NPR logo The Treme Brass Band: Welcome To New Orleans

New Orleans Jazz Fest

The Treme Brass Band: Welcome To New Orleans

A freshly-painted, half-completed mural will depict Treme Brass Band stalwarts Benny Jones Sr. and Lionel Batiste outside the Candlelight Lounge. Patrick Jarenwattananon/NPR hide caption

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Patrick Jarenwattananon/NPR

For an admitted jazz carpetbaggerout-of-towner such as I am, the Treme Brass Band's weekly Wednesday night residency at the Candlelight Lounge felt like a ideal introduction to the unique, beautiful music of this city. Three reasons:

1. People dance. For those of us used to the jazz listening rooms (and concert halls) of the East Coast, seeing many people dancing to instrumental music playing swing rhythms has a foreign aura about it. In this city, people have a different relationship to the blues. It includes moving a lot.

2. It is jazz, and it kind of isn't. Nearly all of the band's show was at the very heart of the jazz tradition: old standards, swing, polyphony, energetic solos, showmanship. But today, it's classified on the lower branches of the genre's family tree, largely apart from the mainstream modern small-group, post-hard-bop expression. Not much New Orleans music is jazz in the way jazz writers, including this one, [usually] enthuse about it now. But so much of it has jazz deeply embedded in its core.

3. It's actually native to New Orleans. Almost anywhere else, a brass band like Treme feels like a bit of a deliberate anachronism. You know, what kind of person commits to running an ensemble like that? In New Orleans, it's part of an uninterrupted, evolving tradition, one where young musicians grow up with this style rather than coming to it from an adult, quaintly-foreign, mash-up perspective. The Treme Brass Band is a neighborhood and community institution: it parades, it performs on big stages, it plays on Wednesdays. May it live on.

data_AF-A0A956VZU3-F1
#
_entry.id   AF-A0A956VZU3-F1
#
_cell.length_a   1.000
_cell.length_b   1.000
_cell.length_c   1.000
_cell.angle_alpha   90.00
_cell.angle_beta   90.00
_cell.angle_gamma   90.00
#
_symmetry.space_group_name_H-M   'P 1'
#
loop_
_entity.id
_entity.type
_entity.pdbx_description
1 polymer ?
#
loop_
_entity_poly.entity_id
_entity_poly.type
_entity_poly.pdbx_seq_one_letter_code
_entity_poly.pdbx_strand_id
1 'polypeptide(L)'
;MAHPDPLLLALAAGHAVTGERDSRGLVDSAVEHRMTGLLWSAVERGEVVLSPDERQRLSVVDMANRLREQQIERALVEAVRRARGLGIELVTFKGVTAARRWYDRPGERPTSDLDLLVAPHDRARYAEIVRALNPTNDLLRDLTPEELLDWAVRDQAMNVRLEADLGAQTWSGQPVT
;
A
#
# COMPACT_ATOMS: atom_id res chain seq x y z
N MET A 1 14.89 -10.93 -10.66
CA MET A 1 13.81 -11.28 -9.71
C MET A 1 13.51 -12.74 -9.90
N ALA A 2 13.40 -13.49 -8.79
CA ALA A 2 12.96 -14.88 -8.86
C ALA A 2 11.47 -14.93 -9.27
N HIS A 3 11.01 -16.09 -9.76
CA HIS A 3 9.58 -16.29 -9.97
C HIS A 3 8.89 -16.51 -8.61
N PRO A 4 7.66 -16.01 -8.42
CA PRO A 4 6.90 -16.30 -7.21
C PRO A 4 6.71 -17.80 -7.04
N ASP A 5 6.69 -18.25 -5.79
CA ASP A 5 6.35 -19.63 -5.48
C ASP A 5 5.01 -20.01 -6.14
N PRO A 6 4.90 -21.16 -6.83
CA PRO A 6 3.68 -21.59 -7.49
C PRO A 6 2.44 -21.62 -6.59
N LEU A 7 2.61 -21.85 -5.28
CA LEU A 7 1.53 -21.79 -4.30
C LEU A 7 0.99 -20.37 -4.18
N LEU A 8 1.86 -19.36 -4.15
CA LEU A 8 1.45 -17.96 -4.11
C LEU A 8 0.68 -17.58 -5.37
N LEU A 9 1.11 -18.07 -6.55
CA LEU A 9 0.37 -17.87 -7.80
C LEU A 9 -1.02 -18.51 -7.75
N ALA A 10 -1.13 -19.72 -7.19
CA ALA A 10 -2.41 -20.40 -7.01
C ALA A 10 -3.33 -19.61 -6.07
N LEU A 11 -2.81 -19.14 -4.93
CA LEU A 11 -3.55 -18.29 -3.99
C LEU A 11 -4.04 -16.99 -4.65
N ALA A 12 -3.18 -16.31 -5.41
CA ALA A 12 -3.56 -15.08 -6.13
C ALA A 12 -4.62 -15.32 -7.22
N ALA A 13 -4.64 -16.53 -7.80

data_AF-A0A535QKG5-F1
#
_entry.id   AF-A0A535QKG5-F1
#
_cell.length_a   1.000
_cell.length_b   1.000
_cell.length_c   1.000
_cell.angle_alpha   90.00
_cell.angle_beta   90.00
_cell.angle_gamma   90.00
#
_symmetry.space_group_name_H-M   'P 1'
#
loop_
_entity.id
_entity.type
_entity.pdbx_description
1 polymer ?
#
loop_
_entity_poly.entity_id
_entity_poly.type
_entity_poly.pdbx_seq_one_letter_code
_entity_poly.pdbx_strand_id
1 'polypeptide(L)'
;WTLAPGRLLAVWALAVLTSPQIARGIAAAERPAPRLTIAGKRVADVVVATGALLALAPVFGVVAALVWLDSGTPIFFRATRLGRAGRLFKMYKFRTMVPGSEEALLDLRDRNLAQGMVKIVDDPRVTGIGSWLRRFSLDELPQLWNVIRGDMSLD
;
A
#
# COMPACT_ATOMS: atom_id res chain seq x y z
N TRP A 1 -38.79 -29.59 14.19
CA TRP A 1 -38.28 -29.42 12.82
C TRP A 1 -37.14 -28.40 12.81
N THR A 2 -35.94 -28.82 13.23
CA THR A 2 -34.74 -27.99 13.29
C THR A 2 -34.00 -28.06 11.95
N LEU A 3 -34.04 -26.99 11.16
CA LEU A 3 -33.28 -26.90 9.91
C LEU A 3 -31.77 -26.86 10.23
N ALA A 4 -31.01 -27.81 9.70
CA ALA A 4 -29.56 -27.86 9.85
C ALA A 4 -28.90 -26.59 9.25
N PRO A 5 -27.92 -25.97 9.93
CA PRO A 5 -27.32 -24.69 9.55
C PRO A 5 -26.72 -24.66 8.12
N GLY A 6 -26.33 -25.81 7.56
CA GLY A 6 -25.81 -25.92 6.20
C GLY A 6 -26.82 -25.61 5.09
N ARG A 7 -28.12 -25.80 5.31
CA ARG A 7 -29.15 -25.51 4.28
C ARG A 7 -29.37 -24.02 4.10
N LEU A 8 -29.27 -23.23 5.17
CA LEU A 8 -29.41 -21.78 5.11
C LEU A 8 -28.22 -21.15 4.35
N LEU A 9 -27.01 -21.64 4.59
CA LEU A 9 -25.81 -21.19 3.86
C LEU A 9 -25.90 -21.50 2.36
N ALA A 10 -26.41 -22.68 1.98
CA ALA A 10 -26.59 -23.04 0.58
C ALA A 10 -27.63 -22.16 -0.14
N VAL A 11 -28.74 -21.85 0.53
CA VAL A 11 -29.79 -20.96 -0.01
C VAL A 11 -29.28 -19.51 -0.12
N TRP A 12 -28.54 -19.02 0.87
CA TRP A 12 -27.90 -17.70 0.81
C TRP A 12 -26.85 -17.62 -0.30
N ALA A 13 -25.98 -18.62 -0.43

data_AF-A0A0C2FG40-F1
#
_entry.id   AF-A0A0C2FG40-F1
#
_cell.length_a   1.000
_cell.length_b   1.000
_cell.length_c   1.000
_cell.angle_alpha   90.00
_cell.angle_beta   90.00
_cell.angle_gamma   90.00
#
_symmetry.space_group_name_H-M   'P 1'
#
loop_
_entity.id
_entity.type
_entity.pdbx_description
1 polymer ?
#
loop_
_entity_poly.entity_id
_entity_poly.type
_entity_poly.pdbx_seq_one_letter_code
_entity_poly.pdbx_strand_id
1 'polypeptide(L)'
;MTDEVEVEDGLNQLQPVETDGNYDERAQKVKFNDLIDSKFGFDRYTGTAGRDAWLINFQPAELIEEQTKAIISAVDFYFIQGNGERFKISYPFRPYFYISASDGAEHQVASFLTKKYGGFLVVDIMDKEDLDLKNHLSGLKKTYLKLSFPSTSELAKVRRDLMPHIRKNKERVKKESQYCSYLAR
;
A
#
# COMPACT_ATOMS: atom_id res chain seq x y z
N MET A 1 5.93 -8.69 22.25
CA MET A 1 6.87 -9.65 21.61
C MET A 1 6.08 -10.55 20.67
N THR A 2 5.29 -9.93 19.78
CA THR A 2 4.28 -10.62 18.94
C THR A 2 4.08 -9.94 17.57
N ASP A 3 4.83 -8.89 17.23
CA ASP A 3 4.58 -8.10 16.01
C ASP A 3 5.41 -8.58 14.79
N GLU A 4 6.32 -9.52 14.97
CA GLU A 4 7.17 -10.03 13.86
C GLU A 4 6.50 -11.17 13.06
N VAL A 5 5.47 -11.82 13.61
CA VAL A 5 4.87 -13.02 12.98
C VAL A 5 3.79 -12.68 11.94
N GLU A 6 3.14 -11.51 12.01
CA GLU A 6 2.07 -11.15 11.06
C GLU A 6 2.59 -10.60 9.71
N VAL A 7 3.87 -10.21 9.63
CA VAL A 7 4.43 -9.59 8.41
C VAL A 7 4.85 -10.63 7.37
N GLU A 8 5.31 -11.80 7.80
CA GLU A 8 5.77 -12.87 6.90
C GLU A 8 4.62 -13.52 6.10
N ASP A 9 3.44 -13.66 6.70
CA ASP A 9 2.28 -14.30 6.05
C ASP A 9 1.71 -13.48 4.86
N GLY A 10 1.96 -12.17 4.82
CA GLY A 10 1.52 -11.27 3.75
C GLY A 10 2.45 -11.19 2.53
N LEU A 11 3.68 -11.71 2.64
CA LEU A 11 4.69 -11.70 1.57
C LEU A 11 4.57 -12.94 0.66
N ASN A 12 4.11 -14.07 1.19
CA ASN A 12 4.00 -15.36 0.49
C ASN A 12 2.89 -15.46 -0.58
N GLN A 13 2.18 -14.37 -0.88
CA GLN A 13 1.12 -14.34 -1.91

One other thing. The friend who I was with made an interesting comment in noticing that there were plenty of white people of all stripes — young and old, local and tourist — who strayed from their houses and hotels into the Treme neighborhood to see this gig. But at least in the early set, there weren't any African Americans, musicians or audience members, under the age of, say, 35. That's offered with minimal comment or qualification at the moment. But for a weekly gig with such a communal feeling to it — I mean, red beans and rice were served — it was striking.